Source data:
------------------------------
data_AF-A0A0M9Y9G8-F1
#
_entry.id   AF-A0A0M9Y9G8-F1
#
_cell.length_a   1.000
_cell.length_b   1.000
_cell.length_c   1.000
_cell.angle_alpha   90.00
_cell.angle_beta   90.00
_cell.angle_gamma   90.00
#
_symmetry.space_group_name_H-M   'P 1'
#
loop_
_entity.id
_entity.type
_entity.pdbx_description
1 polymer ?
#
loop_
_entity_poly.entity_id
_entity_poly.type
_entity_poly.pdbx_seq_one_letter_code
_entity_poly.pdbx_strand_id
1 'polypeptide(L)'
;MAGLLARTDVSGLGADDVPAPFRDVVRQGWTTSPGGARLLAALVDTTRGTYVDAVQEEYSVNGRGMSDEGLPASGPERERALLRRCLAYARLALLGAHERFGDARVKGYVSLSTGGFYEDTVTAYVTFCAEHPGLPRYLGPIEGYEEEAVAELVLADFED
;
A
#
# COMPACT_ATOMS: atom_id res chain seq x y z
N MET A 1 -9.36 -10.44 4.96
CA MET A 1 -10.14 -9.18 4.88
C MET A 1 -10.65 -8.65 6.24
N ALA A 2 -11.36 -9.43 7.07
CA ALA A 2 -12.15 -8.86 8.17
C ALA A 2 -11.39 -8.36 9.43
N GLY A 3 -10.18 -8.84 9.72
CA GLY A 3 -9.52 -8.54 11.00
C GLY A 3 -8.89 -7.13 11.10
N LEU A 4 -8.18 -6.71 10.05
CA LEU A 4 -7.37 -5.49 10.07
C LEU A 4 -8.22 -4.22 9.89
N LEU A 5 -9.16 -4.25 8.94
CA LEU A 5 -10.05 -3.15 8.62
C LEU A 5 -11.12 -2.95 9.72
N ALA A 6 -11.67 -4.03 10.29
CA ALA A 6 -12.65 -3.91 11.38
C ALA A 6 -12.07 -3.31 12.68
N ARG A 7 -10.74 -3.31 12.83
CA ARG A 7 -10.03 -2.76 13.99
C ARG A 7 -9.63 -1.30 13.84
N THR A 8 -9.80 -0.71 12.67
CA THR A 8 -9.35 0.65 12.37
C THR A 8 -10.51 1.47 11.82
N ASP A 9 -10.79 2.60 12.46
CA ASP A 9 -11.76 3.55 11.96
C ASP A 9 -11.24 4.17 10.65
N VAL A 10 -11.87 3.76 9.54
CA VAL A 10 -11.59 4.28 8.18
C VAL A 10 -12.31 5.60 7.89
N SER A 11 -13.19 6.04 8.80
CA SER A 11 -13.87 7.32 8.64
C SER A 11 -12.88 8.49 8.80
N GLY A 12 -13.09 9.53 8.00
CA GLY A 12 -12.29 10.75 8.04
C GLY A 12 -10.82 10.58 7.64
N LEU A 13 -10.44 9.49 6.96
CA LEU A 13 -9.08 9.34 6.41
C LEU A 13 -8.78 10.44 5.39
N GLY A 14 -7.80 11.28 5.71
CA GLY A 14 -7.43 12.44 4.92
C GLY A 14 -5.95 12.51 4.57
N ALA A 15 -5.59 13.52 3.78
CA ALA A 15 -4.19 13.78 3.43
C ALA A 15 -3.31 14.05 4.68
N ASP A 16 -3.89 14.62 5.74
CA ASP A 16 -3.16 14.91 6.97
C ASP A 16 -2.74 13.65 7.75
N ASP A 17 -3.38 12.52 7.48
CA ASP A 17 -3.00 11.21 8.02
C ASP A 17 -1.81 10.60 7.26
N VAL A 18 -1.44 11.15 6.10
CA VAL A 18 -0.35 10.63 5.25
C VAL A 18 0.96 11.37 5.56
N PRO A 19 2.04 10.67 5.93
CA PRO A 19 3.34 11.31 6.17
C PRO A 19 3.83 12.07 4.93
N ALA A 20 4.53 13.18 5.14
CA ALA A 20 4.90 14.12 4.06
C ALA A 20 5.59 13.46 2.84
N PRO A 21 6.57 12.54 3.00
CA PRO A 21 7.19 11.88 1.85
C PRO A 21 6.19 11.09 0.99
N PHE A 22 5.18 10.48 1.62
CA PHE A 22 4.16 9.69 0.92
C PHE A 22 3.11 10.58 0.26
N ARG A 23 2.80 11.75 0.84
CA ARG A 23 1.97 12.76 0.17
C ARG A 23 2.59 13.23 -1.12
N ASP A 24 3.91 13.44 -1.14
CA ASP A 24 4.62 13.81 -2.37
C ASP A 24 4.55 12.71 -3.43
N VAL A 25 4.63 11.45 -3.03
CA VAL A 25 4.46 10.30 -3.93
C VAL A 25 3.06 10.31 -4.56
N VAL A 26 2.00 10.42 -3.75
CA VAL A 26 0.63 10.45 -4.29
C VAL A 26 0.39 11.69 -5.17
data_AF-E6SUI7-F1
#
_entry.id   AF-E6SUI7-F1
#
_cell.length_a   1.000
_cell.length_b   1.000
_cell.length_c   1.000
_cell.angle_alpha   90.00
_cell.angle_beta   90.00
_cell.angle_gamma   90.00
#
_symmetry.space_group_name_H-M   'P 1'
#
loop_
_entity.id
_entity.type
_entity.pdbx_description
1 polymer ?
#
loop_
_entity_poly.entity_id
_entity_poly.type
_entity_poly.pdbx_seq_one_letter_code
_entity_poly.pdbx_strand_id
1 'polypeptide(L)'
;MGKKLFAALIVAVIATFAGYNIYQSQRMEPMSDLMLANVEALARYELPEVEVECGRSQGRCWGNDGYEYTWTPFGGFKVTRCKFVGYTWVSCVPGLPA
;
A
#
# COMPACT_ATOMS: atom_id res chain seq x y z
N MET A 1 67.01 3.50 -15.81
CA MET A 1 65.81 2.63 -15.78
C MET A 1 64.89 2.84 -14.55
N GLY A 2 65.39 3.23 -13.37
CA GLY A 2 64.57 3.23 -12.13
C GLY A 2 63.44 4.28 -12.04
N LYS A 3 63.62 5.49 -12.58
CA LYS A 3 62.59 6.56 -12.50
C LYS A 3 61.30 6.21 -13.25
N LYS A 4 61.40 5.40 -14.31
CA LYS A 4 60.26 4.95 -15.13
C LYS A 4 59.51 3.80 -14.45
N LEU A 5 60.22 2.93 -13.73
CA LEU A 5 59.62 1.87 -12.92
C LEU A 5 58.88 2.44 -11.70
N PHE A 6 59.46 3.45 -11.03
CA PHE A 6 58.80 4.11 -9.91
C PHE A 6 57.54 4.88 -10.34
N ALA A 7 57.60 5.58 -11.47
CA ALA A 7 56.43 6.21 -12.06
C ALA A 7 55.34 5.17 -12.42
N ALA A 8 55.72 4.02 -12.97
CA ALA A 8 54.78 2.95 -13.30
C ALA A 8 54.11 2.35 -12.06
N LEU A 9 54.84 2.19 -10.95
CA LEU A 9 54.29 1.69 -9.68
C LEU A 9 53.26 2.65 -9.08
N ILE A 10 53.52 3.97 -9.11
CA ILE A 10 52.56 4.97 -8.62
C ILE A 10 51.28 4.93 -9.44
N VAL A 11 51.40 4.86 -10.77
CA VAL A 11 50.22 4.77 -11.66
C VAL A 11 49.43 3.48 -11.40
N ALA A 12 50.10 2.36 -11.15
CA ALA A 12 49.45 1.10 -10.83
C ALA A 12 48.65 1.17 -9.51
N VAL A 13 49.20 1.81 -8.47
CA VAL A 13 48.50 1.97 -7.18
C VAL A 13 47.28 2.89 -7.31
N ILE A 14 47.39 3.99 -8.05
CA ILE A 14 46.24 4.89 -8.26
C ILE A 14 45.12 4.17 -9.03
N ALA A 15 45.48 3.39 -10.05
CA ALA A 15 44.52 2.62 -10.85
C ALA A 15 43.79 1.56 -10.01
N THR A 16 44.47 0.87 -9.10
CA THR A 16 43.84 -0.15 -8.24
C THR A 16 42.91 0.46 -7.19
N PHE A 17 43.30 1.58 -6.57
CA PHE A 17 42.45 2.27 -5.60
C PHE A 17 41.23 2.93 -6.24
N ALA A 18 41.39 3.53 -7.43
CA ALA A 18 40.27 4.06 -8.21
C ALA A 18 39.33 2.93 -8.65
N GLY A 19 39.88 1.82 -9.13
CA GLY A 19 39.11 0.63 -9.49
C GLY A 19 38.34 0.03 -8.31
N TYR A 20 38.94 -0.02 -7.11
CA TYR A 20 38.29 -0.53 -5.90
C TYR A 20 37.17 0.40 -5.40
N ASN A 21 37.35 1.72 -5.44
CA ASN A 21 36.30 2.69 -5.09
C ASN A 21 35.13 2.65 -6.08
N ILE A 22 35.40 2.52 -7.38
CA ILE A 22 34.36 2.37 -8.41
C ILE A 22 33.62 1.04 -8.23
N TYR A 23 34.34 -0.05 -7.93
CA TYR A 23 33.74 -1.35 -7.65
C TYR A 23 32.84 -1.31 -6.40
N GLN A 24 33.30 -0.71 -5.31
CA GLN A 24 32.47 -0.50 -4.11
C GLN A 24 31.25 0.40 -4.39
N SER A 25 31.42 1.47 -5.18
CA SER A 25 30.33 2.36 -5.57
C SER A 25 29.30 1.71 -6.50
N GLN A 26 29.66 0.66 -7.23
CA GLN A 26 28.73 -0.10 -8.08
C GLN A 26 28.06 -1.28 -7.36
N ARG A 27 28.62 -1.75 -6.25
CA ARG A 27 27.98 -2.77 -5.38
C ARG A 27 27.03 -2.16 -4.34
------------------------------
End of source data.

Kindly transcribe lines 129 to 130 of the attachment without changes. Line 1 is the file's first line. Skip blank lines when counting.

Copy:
_entity_poly.entity_id
_entity_poly.type